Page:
A Modified B.B. King Blues Scale

EpiLP1985

They call me Derek.
Silver Supporting Member
Joined
Feb 4, 2011
Messages
782
Reaction score
1,030
Lately I have been contemplating an area of focus with my playing. I am a hobbyist and not an ACTUAL musician but I’ve felt a bit stunted lately in my development.

I wanted to zero in on a few scales that I could get some serious mileage out of, mostly to enable me to play over a wide spectrum of chords progressions without memorizing a million things. Of course, the answer hit me right away: A modified B.B. King Blues Scale.

Frankly, I almost never stop listening to Live at the Regal, many of the 70’s Era B.B. King live performances and Peter Green. The Peter Green connection is strong here and this is where I decided to focus some of my attention. Peter Green uses the “B.B. Box” quite extensively but also uses a ton of Minor chord voicings and progressions in the Fleetwood Mac recordings.

The one known drawback with the use of the B.B. King Blues scale is the presence of the Natural 6th and how it creates dissonance when played over minor chords in progressions.

So, there are a few modifications that I have been messing around with. The goal is to add some extra content that I hear from B.B. King and Peter Green’s playing but also to give a player fluidity between major and minor so no dissonance occurs.

What we end up with is an Octatonic scale with a “dealer’s choice” note that flip flops when required. Let’s start with the standard B.B. King Scale in the key of A:

1 2 b3 4 5 6

Example 1.PNG

You’ll see the oft-quoted standard voicing of the “B.B. Box” starting on the 9th fret of the G string and running to the 12th fret of the High E string.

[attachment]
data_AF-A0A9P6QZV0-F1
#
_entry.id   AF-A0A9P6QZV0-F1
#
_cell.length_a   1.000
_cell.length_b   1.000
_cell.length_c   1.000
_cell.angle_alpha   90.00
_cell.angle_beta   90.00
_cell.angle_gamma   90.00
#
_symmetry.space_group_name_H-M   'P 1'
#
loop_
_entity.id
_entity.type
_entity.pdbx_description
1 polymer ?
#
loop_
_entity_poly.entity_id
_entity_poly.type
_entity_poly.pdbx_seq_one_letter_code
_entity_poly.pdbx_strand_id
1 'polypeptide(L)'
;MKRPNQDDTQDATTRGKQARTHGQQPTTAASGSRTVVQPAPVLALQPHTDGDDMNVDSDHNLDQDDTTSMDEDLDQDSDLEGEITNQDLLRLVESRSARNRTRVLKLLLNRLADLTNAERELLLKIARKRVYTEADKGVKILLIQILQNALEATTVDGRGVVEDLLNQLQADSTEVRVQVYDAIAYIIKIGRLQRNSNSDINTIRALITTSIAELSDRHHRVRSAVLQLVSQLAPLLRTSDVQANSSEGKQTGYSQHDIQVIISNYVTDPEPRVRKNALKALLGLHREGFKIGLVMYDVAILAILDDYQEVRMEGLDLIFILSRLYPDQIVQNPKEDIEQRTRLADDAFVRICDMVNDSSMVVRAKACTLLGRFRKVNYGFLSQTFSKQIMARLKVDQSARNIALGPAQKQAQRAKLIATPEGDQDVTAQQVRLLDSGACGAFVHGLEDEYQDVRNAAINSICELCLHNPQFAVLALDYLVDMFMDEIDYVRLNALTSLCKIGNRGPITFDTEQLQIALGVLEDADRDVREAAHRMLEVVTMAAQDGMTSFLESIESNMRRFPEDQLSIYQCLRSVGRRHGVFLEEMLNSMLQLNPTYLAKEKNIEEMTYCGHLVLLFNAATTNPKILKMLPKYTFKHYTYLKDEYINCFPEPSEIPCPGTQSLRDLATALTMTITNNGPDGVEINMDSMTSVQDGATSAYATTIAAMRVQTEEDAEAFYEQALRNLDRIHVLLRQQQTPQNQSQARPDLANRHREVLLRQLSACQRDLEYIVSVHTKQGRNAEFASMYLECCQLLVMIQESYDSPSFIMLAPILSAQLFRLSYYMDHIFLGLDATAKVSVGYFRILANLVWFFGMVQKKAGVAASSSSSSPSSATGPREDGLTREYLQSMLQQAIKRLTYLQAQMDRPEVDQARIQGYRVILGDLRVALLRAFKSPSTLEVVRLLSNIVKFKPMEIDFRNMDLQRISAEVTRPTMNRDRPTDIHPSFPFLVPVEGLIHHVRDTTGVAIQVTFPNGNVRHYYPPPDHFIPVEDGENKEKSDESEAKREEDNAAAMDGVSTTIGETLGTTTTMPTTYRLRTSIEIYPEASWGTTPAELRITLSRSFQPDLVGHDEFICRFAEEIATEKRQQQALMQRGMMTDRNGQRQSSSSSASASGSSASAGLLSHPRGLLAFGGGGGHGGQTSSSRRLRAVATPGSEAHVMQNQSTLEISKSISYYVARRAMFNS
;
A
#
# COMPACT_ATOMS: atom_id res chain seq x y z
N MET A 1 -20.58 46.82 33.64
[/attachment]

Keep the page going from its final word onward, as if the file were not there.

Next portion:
B.B. King would often add the chromatic passing note #4/b5 to this scale as well. So now we can amend the interval structure to:

1 2 b3 4 #4/b5 5 6

Example 2.PNG

Furthermore, my ears tell me that in the case of both players, I hear the b7 quite a bit as well, which obviously comes from having to play in minor progressions, of which Peter Green was fond. This is likely a result of playing in Aeolian (Natural Minor) but can be added to the B.B. King Scale as well. So now we can amend the interval structure to:

1 2 b3 4 #4/b5 5 6 b7

Example 3.PNG

So now we have an Octatonic (8 Note) scale but we still need to resolve the issue of the natural 6th. This is a simple fix: When playing over minor chords, simply sub the Natural 6th for the minor 6th (b6):

1 2 b3 4 #4/b5 5 #5/b6 b7

Example 4.PNG

So, what does all my rambling mean?

Well, first off, I’m not a music theoretician. I’m not even a musician. I’m an electrical engineer by trade and a bedroom hobbyist at best. I am a music lover with what I think is a good ear and I have a good sense of rhythm. Not the best qualifications in my opinion!

In my mind, if you play the Bog Standard B.B. King Blues Scale and add both the #4/b5 passing note and the minor 7th (b7) you enable yourself to play over Major and Dominant chords with a lot of flexibility. You also catch some of the characteristic voicings of some minor key modes such as Melodic Minor, Dorian, etc, while still retaining the major and dominant key mode characteristics with Ionian, Lydian, and Mixolydian.

If you then swap the Natural 6th for the minor 6th (b6) you open up plenty of options that reference some of the most interesting minor key modes like Aeolian, Phrygian, Phrygian Dominant and Harmonic Minor.

Hope this helps!
 

EpiLP1985

They call me Derek.
Silver Supporting Member
Joined
Feb 4, 2011
Messages
782
Reaction score
1,030
One thing I forgot to mention is that not only can this single scale be very versatile and reminiscent of many others, the "B.B. Box" also allows you a "home base" box to a.) return to and b.) to easily transition between keys.

I played around with this last night and it is dead on for many of the "B.B. Box" and beyond licks you hear in many, many Fleetwood Mac recordings from Peter Green's tenure.
 


Latest Threads



Top